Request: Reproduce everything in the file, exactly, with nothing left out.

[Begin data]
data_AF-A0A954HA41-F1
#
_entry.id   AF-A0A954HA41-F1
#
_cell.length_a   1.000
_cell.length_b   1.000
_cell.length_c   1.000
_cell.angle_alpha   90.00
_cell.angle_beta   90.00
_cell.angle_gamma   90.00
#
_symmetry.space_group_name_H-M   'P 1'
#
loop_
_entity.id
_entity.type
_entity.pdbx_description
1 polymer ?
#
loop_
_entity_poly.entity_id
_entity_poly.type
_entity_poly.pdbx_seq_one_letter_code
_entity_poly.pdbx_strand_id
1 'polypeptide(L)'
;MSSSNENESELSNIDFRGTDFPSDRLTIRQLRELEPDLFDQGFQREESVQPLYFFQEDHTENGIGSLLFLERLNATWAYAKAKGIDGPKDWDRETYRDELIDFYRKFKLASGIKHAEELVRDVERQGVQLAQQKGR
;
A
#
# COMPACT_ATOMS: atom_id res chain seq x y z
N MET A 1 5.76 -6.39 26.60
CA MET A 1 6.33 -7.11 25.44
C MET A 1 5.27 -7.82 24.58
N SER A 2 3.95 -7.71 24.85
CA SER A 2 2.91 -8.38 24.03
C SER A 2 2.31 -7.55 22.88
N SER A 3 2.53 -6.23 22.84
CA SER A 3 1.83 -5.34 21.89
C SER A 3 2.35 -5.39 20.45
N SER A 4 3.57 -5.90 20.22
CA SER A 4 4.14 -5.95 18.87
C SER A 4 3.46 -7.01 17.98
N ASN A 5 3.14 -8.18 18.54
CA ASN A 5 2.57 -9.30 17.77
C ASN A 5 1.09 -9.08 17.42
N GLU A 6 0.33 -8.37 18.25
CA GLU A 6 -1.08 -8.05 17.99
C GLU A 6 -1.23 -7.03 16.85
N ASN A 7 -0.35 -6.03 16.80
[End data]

data_AF-A0A954HA41-F1
#
_entry.id   AF-A0A954HA41-F1
#
_cell.length_a   1.000
_cell.length_b   1.000
_cell.length_c   1.000
_cell.angle_alpha   90.00
_cell.angle_beta   90.00
_cell.angle_gamma   90.00
#
_symmetry.space_group_name_H-M   'P 1'
#
loop_
_entity.id
_entity.type
_entity.pdbx_description
1 polymer ?
#
loop_
_entity_poly.entity_id
_entity_poly.type
_entity_poly.pdbx_seq_one_letter_code
_entity_poly.pdbx_strand_id
1 'polypeptide(L)'
;MSSSNENESELSNIDFRGTDFPSDRLTIRQLRELEPDLFDQGFQREESVQPLYFFQEDHTENGIGSLLFLERLNATWAYAKAKGIDGPKDWDRETYRDELIDFYRKFKLASGIKHAEELVRDVERQGVQLAQQKGR
;
A
#
# COMPACT_ATOMS: atom_id res chain seq x y z
N MET A 1 5.76 -6.39 26.60
CA MET A 1 6.33 -7.11 25.44
C MET A 1 5.27 -7.82 24.58
N SER A 2 3.95 -7.71 24.85
CA SER A 2 2.91 -8.38 24.03
C SER A 2 2.31 -7.55 22.88
N SER A 3 2.53 -6.23 22.84
CA SER A 3 1.83 -5.34 21.89
C SER A 3 2.35 -5.39 20.45
N SER A 4 3.57 -5.90 20.22
CA SER A 4 4.14 -5.95 18.87
C SER A 4 3.46 -7.01 17.98
N ASN A 5 3.14 -8.18 18.54
CA ASN A 5 2.57 -9.30 17.77
C ASN A 5 1.09 -9.08 17.42
N GLU A 6 0.33 -8.37 18.25
CA GLU A 6 -1.08 -8.05 17.99
C GLU A 6 -1.23 -7.03 16.85
N ASN A 7 -0.35 -6.03 16.80